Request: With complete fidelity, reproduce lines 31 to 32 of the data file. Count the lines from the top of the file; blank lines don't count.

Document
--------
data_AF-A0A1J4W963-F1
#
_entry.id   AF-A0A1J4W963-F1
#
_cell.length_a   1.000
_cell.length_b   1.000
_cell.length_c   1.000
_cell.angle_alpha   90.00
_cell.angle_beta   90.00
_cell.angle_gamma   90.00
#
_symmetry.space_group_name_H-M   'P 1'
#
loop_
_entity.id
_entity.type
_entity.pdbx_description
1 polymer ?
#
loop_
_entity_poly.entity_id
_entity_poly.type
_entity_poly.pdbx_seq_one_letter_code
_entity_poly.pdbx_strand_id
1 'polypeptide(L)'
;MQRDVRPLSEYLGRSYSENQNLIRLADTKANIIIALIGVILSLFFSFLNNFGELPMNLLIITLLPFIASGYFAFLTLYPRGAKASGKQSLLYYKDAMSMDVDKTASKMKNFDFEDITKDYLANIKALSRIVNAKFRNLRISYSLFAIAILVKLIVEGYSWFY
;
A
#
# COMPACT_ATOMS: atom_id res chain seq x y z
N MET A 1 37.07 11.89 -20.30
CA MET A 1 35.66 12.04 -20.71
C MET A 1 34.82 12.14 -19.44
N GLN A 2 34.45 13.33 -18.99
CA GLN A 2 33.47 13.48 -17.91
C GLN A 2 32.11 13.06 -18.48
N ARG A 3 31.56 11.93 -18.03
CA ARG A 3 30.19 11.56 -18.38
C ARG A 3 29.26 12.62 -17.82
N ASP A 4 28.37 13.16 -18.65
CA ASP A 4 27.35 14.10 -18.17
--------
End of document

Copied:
N MET A 1 37.07 11.89 -20.30
CA MET A 1 35.66 12.04 -20.71